Historic drought threatens Brazil’s economy

Rio de Janeiro (AFP)

The worst drought in almost a century that hit two key regions in Brazil is wreaking havoc on dams and crops – and threatening the emerging pandemic recovery of Latin America’s largest economy.

Months of meager rain have shrunk rivers, their banks cracked and parched, and usually sprawling reservoirs reduced to puddle networks in southeastern and midwestern Brazil.

The dry spell in this large, economically crucial part of the country is damaging two important sectors: hydropower, on which Brazil relies almost two-thirds of its electricity capacity, and agriculture, which is fueling recovery from the economic defeat of Covid-19 last year.

And there are no signs of rain: winter in the southern hemisphere is typically dry in both regions.

Experts say the drought in the south is mainly caused by La Nina, the cyclical cooling of surface temperatures of the Pacific Ocean.

“We are facing a ‘dry season’ that will actually last a year and a half to two years,” said Pedro Luiz Cortes, professor at the Institute of Energy and Environment at the University of Sao Paulo.

In the Midwest, the drought is being driven by the destruction of the Amazon rainforest, experts say.

Deforestation has reduced the clouds generated by the Amazon, which drain precipitation across much of South America.

In central western Brazil, the destruction has resulted in a lack of rainfall for almost a decade.

This problem – part of the larger problem of climate change – risks becoming “chronic,” Cortes told AFP.

– filling pressure –

The drought is affecting the production of Brazil’s hydropower plants, most of which are located in the two regions.

The average water level in the reservoirs of the dams concerned has fallen by 32 percent.

Last week, the National Water and Sanitation Agency (ANA) declared the Parana River basin, the heart of Brazil’s hydropower capacity, to be “critically short of water resources” by November.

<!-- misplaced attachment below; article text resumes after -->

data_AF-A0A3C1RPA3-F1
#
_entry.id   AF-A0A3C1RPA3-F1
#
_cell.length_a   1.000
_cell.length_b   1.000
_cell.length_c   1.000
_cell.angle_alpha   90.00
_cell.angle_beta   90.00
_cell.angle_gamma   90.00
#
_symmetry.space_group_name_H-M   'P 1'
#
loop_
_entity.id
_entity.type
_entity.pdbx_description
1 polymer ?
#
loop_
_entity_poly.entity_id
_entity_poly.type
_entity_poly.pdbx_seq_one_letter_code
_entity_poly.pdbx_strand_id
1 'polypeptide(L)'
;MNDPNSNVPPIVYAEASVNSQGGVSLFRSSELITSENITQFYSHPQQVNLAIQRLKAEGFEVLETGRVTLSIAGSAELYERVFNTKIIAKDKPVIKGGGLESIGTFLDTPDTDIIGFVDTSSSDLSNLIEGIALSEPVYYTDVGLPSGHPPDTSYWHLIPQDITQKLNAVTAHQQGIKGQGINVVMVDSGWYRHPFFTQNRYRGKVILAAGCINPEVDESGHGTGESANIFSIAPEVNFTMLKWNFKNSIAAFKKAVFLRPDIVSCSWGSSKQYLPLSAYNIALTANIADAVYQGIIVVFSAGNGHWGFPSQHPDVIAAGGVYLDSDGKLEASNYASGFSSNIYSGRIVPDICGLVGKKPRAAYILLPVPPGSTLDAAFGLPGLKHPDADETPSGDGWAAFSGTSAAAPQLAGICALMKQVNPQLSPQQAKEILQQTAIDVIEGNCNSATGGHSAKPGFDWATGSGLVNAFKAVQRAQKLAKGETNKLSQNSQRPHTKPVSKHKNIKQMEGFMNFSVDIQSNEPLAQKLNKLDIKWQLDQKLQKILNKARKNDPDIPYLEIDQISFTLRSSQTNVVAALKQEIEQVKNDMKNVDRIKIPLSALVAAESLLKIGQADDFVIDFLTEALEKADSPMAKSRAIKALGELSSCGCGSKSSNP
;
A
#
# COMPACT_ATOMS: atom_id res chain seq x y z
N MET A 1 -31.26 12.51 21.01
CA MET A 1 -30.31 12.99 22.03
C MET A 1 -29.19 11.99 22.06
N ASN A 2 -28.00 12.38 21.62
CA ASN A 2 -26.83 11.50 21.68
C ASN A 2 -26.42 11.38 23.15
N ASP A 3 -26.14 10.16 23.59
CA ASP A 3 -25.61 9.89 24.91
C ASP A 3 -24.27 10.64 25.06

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The move allows the agency to temporarily change water legislation, despite saying it did not expect to introduce rationing for human consumption or irrigation “for now”.

In order to increase their reserves, power plant operators want regulators to relax the requirements for the amount of water they have to discharge through their dams.

But that would lower the river level further, which would affect the transportation and agriculture sectors, which need the water to move boats and irrigate crops.

In order to avoid another painful rationing of electricity in 2001, the government of President Jair Bolsonaro is trying to obtain more electricity from thermal power stations.

But “even when combined with other sources, such as the growing wind power sector, it would be difficult for thermal power plants to make up for the lack of hydropower if energy consumption increases significantly as the economy recovers,” said Cortes.

The timing could hardly be worse: Brazil’s economy, which had shrunk by a record 4.1 percent last year, finally returned to pre-pandemic levels with stronger than expected growth of 1.2 percent in the first quarter of 2021.

Now rising electricity prices are fueling inflation, which economists believe could undermine the recovery.

Brazil’s annual inflation rate was 8.1 percent last month, well above the central bank’s target range of 2.25 to 5.25 percent.

To add to price pressure, the National Electric Energy Agency (ANEEL) imposed an additional tax of 6.24 reais ($ 1.25) per kilowatt-hour on consumers for June due to lack of water at hydropower plants – the highest extraordinary surcharge ever .

“The industry has already been hit hard by rising input costs, and rising electricity prices are just an added challenge,” said the economist Andre Braz of the Getulio Vargas Foundation.

– Ag in danger –

The drought is also damaging key agricultural states at a time when the agricultural sector has driven Brazil’s economic recovery with growth of 5.7 percent in the first quarter.

The country’s sugar cane, coffee, orange, corn, and soy crops are all threatened and driving prices up.

Run-through costs for animal feed will also drive up poultry and pork prices, Vargas said.

As if the aftermath of the drought wasn’t enough, epidemiologists warn that Brazil could also face a brutal new surge in Covid-19.

“The economic recovery could really be hurt,” said Sergio Vale, chief economist at MB Associados.

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